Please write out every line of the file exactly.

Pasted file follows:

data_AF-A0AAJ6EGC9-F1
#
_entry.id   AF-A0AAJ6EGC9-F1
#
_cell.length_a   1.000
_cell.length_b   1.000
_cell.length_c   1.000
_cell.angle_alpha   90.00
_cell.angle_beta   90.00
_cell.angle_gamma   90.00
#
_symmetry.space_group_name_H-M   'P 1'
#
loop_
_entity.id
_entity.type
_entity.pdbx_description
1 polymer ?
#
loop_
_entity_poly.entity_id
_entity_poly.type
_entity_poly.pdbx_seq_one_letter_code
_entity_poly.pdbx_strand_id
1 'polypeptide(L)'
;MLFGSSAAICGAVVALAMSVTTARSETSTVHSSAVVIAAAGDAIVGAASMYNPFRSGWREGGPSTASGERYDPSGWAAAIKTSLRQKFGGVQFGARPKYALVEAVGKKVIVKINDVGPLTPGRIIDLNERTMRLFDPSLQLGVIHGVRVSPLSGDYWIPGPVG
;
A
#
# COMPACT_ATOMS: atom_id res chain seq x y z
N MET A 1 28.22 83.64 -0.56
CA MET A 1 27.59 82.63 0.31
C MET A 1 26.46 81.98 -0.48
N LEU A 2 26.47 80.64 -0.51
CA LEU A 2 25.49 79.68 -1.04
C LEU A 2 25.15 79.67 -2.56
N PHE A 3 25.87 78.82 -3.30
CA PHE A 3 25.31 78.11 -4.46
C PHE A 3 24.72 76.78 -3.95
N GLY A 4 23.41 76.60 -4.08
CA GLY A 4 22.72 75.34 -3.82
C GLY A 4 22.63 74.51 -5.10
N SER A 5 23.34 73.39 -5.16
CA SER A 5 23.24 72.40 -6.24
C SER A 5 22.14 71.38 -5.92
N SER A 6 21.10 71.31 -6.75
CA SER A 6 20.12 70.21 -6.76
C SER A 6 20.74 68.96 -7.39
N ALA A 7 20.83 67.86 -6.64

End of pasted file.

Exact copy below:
data_AF-A0AAJ6EGC9-F1
#
_entry.id   AF-A0AAJ6EGC9-F1
#
_cell.length_a   1.000
_cell.length_b   1.000
_cell.length_c   1.000
_cell.angle_alpha   90.00
_cell.angle_beta   90.00
_cell.angle_gamma   90.00
#
_symmetry.space_group_name_H-M   'P 1'
#
loop_
_entity.id
_entity.type
_entity.pdbx_description
1 polymer ?
#
loop_
_entity_poly.entity_id
_entity_poly.type
_entity_poly.pdbx_seq_one_letter_code
_entity_poly.pdbx_strand_id
1 'polypeptide(L)'
;MLFGSSAAICGAVVALAMSVTTARSETSTVHSSAVVIAAAGDAIVGAASMYNPFRSGWREGGPSTASGERYDPSGWAAAIKTSLRQKFGGVQFGARPKYALVEAVGKKVIVKINDVGPLTPGRIIDLNERTMRLFDPSLQLGVIHGVRVSPLSGDYWIPGPVG
;
A
#
# COMPACT_ATOMS: atom_id res chain seq x y z
N MET A 1 28.22 83.64 -0.56
CA MET A 1 27.59 82.63 0.31
C MET A 1 26.46 81.98 -0.48
N LEU A 2 26.47 80.64 -0.51
CA LEU A 2 25.49 79.68 -1.04
C LEU A 2 25.15 79.67 -2.56
N PHE A 3 25.87 78.82 -3.30
CA PHE A 3 25.31 78.11 -4.46
C PHE A 3 24.72 76.78 -3.95
N GLY A 4 23.41 76.60 -4.08
CA GLY A 4 22.72 75.34 -3.82
C GLY A 4 22.63 74.51 -5.10
N SER A 5 23.34 73.39 -5.16
CA SER A 5 23.24 72.40 -6.24
C SER A 5 22.14 71.38 -5.92
N SER A 6 21.10 71.31 -6.75
CA SER A 6 20.12 70.21 -6.76
C SER A 6 20.74 68.96 -7.39
N ALA A 7 20.83 67.86 -6.64